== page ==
By Pam Martens and Russ Martens: August 16, 2023 ~
Yesterday, the Dow Jones Industrial Average took a tumble of 361 points by the closing bell. Numerous headlines attributed the big decline to a weakening economy in China. But the actual trigger for angst among traders was a headline at 5:30 a.m. EDT yesterday at CNBC. The headline read: “Fitch warns it may be forced to downgrade dozens of banks, including JPMorgan Chase.”
JPMorgan Chase is not just the biggest bank in the United States in terms of assets and deposits. It is the biggest bank in terms of its derivative exposure. According to the federal regulator of national banks (those operating across state lines), the Office of the Comptroller of the Currency (OCC), as of March 31, 2023, JPMorgan Chase Bank had assets of $3.2 trillion and derivative exposure of more than $59 trillion notional (face amount).
The OCC report also makes the following frightening statement: “A small group of large financial institutions continues to dominate trading and derivatives activity in the U.S. commercial banking system. During the first quarter of 2023, four large commercial banks represented 89.0 percent of the total banking industry notional amounts and 66.5 percent of industry net current credit exposure (NCCE).”
And now Fitch is sending a message to the market that it may have to downgrade those big four banks. What could possibly go wrong?
The four commercial banks the OCC is referring to are JPMorgan Chase, Goldman Sachs Bank USA, Citigroup’s Citibank, and Bank of America.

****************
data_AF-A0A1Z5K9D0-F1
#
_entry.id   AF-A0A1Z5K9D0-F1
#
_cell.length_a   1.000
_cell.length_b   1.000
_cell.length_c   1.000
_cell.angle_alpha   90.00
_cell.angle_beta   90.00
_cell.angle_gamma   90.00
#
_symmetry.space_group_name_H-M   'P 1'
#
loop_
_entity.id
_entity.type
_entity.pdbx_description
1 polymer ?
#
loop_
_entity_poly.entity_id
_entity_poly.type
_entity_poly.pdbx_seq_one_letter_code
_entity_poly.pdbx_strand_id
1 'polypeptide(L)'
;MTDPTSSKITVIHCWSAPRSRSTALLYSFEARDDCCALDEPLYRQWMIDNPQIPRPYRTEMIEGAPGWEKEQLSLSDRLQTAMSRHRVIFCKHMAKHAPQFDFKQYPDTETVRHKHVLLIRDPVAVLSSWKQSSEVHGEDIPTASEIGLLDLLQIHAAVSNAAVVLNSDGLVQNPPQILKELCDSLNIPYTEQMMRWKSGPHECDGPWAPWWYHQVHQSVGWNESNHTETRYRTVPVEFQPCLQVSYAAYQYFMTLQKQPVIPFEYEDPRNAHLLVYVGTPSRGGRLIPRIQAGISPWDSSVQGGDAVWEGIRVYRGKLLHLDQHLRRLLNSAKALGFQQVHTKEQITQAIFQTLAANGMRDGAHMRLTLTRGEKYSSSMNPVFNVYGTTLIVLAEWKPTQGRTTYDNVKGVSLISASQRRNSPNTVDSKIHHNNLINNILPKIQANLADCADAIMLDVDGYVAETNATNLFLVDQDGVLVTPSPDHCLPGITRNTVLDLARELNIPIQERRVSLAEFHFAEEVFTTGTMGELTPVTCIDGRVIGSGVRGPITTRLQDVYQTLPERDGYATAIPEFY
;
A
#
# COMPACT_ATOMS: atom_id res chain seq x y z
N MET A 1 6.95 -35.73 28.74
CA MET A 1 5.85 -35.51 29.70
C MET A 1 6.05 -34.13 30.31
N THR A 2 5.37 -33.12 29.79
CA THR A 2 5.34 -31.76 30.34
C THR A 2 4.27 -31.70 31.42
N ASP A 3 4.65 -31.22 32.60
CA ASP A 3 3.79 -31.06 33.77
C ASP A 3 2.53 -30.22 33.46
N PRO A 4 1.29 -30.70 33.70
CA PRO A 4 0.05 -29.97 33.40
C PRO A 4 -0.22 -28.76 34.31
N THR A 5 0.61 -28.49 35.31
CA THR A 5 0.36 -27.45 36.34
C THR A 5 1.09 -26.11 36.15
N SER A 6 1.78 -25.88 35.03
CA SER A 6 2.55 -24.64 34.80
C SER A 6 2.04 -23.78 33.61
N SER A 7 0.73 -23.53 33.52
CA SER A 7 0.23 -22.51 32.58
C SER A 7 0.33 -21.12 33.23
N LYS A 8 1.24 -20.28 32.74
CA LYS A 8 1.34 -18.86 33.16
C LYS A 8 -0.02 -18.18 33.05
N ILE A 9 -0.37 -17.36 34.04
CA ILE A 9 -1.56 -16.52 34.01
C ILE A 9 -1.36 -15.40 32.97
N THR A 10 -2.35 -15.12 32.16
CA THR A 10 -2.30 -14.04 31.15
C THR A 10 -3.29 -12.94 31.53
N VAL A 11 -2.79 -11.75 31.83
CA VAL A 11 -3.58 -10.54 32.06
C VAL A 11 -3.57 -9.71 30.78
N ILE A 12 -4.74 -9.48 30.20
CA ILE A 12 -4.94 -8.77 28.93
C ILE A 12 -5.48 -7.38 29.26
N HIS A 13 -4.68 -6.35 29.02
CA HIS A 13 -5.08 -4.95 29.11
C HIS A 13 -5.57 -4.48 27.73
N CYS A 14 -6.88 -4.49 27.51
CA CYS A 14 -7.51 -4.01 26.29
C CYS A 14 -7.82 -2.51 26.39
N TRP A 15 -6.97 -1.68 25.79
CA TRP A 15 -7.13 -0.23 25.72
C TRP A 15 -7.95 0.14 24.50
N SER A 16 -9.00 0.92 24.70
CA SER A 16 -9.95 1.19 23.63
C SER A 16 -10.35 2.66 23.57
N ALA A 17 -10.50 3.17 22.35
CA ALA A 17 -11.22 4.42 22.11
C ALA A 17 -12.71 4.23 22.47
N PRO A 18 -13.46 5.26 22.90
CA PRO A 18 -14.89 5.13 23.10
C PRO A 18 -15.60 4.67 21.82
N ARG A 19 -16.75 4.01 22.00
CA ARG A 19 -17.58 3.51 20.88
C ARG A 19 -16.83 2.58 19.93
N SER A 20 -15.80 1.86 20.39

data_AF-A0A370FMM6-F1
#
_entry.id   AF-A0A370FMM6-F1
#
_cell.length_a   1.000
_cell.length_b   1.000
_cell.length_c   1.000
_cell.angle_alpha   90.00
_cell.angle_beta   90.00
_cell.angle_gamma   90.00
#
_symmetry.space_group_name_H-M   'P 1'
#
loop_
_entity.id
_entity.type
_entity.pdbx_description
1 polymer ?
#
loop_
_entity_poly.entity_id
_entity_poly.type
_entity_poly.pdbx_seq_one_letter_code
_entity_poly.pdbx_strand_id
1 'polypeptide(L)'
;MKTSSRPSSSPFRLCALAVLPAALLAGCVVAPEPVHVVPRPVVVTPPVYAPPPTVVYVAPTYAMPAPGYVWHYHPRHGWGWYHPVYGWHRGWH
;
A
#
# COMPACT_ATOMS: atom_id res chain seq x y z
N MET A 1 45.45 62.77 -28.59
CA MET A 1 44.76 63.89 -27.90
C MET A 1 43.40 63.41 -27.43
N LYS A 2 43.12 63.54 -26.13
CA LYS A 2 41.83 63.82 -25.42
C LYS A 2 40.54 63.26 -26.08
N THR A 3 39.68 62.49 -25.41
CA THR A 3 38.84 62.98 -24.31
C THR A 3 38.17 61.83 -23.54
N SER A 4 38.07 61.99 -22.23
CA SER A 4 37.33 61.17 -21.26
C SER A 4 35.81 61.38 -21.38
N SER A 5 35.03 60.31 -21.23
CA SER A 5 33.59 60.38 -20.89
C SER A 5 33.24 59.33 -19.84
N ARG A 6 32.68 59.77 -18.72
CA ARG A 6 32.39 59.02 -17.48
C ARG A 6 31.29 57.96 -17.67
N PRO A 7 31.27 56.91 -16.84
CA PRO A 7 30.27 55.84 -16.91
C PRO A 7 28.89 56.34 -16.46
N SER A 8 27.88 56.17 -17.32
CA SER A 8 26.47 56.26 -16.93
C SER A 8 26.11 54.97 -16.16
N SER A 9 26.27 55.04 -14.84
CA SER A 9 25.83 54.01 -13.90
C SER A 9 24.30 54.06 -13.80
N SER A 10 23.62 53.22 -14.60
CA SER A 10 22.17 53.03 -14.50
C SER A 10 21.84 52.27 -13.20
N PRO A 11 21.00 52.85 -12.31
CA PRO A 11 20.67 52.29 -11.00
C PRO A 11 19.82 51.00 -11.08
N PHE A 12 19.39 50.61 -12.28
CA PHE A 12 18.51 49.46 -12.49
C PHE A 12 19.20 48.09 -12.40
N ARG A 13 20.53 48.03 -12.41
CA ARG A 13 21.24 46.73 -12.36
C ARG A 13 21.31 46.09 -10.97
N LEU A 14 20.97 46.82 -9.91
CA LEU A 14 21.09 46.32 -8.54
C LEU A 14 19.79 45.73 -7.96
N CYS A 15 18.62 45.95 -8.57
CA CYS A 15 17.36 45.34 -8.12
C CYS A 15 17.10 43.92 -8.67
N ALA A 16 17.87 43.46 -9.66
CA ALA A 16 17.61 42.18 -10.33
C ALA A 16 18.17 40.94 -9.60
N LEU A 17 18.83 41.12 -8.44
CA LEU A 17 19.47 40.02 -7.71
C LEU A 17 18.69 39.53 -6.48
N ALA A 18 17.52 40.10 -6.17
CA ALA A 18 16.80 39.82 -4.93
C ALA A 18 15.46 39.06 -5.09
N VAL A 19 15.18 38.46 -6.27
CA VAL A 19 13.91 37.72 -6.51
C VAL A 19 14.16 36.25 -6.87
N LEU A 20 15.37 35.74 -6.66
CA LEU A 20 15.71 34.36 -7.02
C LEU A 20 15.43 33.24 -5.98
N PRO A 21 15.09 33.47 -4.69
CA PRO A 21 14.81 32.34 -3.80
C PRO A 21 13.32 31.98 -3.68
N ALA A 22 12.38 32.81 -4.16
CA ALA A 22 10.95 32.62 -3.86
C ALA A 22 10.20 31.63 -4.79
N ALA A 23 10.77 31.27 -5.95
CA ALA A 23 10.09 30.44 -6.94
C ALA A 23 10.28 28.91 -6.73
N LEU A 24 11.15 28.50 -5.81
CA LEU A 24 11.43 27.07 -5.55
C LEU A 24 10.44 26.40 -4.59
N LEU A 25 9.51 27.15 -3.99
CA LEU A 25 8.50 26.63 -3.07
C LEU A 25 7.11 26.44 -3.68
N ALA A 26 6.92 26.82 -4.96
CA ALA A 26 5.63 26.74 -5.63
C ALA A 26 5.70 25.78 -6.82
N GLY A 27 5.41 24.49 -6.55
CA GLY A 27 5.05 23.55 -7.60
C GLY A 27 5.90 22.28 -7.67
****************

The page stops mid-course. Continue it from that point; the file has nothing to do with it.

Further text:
But if you look at the OCC’s breakdown of derivative exposure at the bank holding company level, a fifth bank emerges – Morgan Stanley – which somehow manages to remain below the radar on its derivatives – until things blow up.
These five bank holding companies hold $238 trillion of the total of $285 trillion in derivatives held by the top 25 bank holding companies with exposure to derivatives, according to the latest OCC report. To express that another way, 84 percent of the danger of derivatives blowing up as they did in 2008 is concentrated at just five U.S. banks out of the 4,096 federally-insured commercial banks in the U.S.
Unfortunately, the bad news doesn’t end there. Back in 2010 when the Dodd-Frank financial reform legislation was passed, banks were supposed to do two important things with their dangerous exposure to derivatives. They were required to “push out” the derivatives to another unit of the bank holding company, other than the federally-insured bank, so that this unit could be wound down if the derivatives blew it up. Citigroup was able to get this Dodd-Frank reform repealed in a sneaky maneuver in 2014.
Dodd-Frank also was heralded as forcing the mega banks to move these dodgy derivatives to being centrally-cleared in order to bring stability and transparency to this dangerous market. Instead, the latest report from the OCC notes that “In the first quarter of 2023, 40.5 percent of banks’ derivative holdings were centrally cleared…” meaning that 59.5 percent of derivatives are still an opaque black hole, also known as OTC (over-the-counter) derivatives.